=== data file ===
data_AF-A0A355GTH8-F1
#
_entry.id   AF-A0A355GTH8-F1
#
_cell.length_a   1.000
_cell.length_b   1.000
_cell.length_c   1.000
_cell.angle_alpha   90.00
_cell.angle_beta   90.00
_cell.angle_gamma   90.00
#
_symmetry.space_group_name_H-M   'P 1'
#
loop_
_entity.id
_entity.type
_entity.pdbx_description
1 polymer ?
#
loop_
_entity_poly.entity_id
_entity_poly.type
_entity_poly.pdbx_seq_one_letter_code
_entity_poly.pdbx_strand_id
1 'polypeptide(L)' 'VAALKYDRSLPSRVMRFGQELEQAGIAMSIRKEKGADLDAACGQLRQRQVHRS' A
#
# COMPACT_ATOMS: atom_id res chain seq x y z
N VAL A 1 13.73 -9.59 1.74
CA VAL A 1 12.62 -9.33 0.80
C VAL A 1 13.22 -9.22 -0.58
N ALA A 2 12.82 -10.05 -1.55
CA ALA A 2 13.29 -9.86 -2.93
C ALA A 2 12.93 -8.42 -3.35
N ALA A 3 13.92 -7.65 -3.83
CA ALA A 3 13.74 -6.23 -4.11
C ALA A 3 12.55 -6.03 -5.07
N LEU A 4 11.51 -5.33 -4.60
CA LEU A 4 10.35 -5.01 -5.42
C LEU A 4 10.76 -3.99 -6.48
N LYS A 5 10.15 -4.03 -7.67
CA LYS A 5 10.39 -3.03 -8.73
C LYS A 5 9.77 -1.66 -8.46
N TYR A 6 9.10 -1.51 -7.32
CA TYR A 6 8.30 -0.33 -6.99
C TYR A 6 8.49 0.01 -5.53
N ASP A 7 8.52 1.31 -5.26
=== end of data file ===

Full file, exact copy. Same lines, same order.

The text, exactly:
data_AF-A0A355GTH8-F1
#
_entry.id   AF-A0A355GTH8-F1
#
_cell.length_a   1.000
_cell.length_b   1.000
_cell.length_c   1.000
_cell.angle_alpha   90.00
_cell.angle_beta   90.00
_cell.angle_gamma   90.00
#
_symmetry.space_group_name_H-M   'P 1'
#
loop_
_entity.id
_entity.type
_entity.pdbx_description
1 polymer ?
#
loop_
_entity_poly.entity_id
_entity_poly.type
_entity_poly.pdbx_seq_one_letter_code
_entity_poly.pdbx_strand_id
1 'polypeptide(L)' 'VAALKYDRSLPSRVMRFGQELEQAGIAMSIRKEKGADLDAACGQLRQRQVHRS' A
#
# COMPACT_ATOMS: atom_id res chain seq x y z
N VAL A 1 13.73 -9.59 1.74
CA VAL A 1 12.62 -9.33 0.80
C VAL A 1 13.22 -9.22 -0.58
N ALA A 2 12.82 -10.05 -1.55
CA ALA A 2 13.29 -9.86 -2.93
C ALA A 2 12.93 -8.42 -3.35
N ALA A 3 13.92 -7.65 -3.83
CA ALA A 3 13.74 -6.23 -4.11
C ALA A 3 12.55 -6.03 -5.07
N LEU A 4 11.51 -5.33 -4.60
CA LEU A 4 10.35 -5.01 -5.42
C LEU A 4 10.76 -3.99 -6.48
N LYS A 5 10.15 -4.03 -7.67
CA LYS A 5 10.39 -3.03 -8.73
C LYS A 5 9.77 -1.66 -8.46
N TYR A 6 9.10 -1.51 -7.32
CA TYR A 6 8.30 -0.33 -6.99
C TYR A 6 8.49 0.01 -5.53
N ASP A 7 8.52 1.31 -5.26